Talk about launching a career. A mere five years out of school, Graphic Design major Nicole Gavrilles is headed straight to the top.
Already a Senior Visual Designer at top agency Code and Theory, she shapes user experiences and shares brand stories for clients across industries and platforms.
But that’s not all. In her free time, she manages and designs her own global fashion photography magazine, which she started as a sophomore at Ringling College.
What’s her secret?
So Nicole, what does a day at Code and Theory look like for a Senior Visual Designer?
Well, all days are different! I work on the product side, designing web experiences and solving issues for our clients. I get to work with all different types of clients, from hospitals to Bloomberg to Vogue.
I heard you did design work for the Rio Olympics!
Yes, and this is probably the most complicated website I have ever designed. We worked closely with the team at NBC Sports, meeting with them weekly for six hour meetings. This was their first website with real-time streaming to serve the changing needs of video, and we had to cater to every type of user—from the super-users looking for details on specific athletes in a specific relay to those general users who tune in once or twice a year.
On top of that, when you work with a corporation this size, you learn to marry their aspirations with their existing brand—and I think our team did a really good job of this. In fact, streaming of the Rio Olympics topped one billion minutes in the first week, which surpassed the entire London 2012 Games.
What’s the most rewarding project you’ve worked on?
Just this March, we launched the website for The Shirley Ryan AbilityLab—formerly the Rehabilitation Institute of Chicago. I have been leading and art directing this rebrand since October 2015. This is the number one rehabilitation hospital in the country, and I love that I am directly helping people by working with them. Not to mention, the site really expanded my work as a designer, as I learned to design for accessibility considerations, creating a great experience for those with mobility challenges or people using different accessibility products to navigate a website. It has been very rewarding.
You’re also the founder and designer of your own magazine, ONE. How do you find the time?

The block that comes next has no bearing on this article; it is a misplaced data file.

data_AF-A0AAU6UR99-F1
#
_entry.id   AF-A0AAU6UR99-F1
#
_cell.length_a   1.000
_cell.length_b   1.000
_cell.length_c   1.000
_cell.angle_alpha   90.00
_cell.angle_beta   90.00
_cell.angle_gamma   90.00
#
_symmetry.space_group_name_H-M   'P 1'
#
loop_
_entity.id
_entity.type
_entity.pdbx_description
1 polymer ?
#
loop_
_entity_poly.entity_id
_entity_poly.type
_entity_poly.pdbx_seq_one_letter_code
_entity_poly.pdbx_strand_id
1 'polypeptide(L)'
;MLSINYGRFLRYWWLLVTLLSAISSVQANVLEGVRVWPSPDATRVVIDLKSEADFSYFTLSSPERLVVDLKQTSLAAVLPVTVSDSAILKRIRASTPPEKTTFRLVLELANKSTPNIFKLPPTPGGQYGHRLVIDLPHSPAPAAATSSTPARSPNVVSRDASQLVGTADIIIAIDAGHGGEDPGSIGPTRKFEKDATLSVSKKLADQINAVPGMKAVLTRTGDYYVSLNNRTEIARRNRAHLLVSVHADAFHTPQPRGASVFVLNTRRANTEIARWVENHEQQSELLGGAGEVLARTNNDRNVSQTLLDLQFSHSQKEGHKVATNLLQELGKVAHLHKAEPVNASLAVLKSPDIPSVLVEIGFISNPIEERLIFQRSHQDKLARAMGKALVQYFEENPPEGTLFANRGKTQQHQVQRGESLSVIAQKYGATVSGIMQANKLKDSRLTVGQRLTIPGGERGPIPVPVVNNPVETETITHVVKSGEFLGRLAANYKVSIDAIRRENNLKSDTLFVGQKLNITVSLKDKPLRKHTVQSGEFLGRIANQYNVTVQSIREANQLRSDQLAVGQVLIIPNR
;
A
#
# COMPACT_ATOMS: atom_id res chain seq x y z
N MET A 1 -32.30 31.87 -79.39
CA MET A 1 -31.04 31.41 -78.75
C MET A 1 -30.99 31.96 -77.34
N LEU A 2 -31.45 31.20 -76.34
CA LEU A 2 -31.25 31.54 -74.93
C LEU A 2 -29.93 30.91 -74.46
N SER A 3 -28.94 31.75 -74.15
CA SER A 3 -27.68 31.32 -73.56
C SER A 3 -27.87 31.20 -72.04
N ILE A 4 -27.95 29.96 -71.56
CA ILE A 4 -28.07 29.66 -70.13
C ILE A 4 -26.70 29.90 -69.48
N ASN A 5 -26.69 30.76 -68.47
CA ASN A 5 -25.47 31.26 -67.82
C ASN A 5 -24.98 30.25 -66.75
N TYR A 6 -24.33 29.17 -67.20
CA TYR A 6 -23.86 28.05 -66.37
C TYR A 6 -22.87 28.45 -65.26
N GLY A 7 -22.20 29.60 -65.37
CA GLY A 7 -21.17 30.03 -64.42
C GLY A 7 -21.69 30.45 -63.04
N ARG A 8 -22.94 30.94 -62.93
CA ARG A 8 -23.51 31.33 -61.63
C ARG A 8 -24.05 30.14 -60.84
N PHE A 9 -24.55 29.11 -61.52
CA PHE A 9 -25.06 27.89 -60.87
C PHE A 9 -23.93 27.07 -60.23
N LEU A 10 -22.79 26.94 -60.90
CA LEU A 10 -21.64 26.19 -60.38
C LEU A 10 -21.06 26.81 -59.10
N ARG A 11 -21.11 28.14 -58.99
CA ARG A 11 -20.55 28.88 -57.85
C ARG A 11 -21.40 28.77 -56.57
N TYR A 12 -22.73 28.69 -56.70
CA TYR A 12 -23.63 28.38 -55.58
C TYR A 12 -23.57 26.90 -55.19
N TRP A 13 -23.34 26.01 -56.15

Honestly—I don’t know! But it’s always a gratifying feeling when an issue comes out. Time management is key. I work weeknights and weekends…it gets really tiring but seeing the final product is the best feeling ever. I just published the 13th issue in December.
You started while you were a student at Ringling College. Where did the inspiration come from?
Well, it was the summer after sophomore year, and we had been learning the basics about design. I loved what I was learning and have been interested in fashion photography since I was young. I was inspired by the students around me at Ringling who were producing fun, cool projects in school, and I knew that doing personal projects would benefit my portfolio and separate me from the crowd. This was about showcasing my personal identity.
What about your design style? If you could describe it in three words, what would they be?
Simple. Natural. Curious.
Do you feel like Ringling College prepared you for your professional success?
Oh, definitely. People need to know more about the design program at Ringling. We have amazing teachers that are on top of what is happening in the industry and they pass that to the students. I remember one of my first interviews after school, and, in addition to my portfolio, I could impress them with my knowledge of the industry, my presence, and the way I talked about my work. I could speak intelligently about my thought process and strategy. And I can’t take credit for all of that! I wouldn’t be where I am today without Ringling.
Any advice for upcoming designers and entrepreneurs?
Be yourself. Don’t think you need to have a certain design style just to get a job. Figure out ways to incorporate you into what you like to do. Be hungry. Be humble. Be patient.
Oh, and enjoy every day.
By Stephanie Lederer | Photography courtesy of Nicole Gavrilles
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